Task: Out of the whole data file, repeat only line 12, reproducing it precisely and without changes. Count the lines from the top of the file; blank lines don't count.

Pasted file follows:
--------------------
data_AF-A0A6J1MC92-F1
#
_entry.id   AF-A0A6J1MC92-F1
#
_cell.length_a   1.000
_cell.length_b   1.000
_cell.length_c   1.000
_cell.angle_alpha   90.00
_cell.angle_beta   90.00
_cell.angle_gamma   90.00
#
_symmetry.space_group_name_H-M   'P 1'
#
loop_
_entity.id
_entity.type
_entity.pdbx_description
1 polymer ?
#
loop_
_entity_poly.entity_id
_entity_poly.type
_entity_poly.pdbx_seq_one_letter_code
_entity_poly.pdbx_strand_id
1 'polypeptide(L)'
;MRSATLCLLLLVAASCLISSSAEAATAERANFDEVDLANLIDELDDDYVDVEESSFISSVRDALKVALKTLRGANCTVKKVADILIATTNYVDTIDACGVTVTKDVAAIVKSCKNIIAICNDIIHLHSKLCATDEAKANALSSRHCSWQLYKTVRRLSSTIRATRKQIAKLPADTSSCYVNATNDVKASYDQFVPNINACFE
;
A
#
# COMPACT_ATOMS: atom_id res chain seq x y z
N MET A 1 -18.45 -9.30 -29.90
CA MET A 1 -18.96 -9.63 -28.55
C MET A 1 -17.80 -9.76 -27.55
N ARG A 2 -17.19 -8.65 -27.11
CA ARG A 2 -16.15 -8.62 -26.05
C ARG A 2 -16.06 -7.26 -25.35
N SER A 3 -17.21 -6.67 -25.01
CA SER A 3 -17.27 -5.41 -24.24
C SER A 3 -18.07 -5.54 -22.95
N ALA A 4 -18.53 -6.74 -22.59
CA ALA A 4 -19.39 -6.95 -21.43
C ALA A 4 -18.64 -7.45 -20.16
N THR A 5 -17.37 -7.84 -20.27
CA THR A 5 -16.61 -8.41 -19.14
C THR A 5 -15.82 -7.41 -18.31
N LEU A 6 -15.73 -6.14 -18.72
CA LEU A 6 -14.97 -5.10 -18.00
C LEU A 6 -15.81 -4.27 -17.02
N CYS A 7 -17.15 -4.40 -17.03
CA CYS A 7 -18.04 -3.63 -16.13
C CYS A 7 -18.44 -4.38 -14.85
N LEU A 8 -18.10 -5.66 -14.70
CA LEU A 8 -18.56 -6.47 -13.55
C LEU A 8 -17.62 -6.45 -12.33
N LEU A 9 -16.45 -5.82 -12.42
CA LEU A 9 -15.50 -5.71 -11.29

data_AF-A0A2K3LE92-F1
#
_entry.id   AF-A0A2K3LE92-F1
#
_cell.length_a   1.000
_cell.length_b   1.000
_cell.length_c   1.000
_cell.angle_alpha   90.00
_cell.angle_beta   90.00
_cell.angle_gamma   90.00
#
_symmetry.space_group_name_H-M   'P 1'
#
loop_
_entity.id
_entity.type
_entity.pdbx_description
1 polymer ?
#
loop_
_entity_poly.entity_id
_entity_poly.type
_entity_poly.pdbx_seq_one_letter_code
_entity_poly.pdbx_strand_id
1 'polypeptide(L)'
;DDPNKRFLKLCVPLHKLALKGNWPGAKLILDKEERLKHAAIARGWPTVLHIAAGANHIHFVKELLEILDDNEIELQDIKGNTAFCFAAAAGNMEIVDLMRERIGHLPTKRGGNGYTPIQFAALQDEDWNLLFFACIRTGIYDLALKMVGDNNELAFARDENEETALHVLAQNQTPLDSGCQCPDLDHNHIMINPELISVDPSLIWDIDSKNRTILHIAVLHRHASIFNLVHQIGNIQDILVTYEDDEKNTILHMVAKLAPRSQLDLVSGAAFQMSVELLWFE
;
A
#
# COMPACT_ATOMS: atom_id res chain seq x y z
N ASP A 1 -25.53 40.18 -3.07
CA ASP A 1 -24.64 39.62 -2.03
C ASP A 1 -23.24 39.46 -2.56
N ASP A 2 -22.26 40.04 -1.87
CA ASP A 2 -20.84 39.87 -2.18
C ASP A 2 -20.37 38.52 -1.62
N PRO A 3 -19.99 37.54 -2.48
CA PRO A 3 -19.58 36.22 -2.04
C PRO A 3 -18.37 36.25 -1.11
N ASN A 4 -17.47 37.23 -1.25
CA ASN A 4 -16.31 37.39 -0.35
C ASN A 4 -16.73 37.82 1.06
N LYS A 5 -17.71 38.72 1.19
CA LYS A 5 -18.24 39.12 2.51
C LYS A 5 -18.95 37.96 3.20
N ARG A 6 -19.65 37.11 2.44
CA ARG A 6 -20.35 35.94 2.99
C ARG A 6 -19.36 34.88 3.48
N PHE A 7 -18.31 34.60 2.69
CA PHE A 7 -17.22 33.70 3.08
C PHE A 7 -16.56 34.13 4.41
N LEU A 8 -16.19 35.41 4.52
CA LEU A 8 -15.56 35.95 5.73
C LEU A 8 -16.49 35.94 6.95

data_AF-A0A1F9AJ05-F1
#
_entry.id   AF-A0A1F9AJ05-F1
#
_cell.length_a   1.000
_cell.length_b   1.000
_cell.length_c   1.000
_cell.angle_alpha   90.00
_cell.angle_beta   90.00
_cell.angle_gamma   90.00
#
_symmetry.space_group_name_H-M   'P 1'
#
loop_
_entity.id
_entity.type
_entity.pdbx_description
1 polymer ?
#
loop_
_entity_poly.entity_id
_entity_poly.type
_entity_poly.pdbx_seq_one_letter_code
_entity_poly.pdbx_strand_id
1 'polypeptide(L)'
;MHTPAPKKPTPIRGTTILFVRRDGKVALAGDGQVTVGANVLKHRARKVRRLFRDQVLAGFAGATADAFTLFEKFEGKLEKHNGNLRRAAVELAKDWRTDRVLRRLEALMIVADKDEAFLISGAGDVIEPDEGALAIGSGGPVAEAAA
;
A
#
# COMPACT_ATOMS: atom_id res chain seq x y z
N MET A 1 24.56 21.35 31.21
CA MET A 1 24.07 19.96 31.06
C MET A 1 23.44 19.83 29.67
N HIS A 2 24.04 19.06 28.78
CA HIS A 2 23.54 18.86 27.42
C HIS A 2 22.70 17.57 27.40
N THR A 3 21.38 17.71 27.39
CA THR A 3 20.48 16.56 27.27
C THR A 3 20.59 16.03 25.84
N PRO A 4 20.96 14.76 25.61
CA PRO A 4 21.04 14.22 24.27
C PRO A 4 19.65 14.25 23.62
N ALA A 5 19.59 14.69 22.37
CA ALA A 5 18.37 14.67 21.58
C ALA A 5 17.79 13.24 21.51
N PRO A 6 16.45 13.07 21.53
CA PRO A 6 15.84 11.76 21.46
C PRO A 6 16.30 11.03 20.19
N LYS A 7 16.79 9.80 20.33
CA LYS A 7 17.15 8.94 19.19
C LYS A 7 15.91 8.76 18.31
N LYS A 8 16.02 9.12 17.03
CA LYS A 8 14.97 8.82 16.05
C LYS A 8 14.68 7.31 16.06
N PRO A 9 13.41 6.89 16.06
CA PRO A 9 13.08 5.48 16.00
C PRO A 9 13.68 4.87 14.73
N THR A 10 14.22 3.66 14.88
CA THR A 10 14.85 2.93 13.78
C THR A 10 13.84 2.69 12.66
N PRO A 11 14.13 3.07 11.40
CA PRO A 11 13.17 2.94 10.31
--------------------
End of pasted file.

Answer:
_symmetry.space_group_name_H-M   'P 1'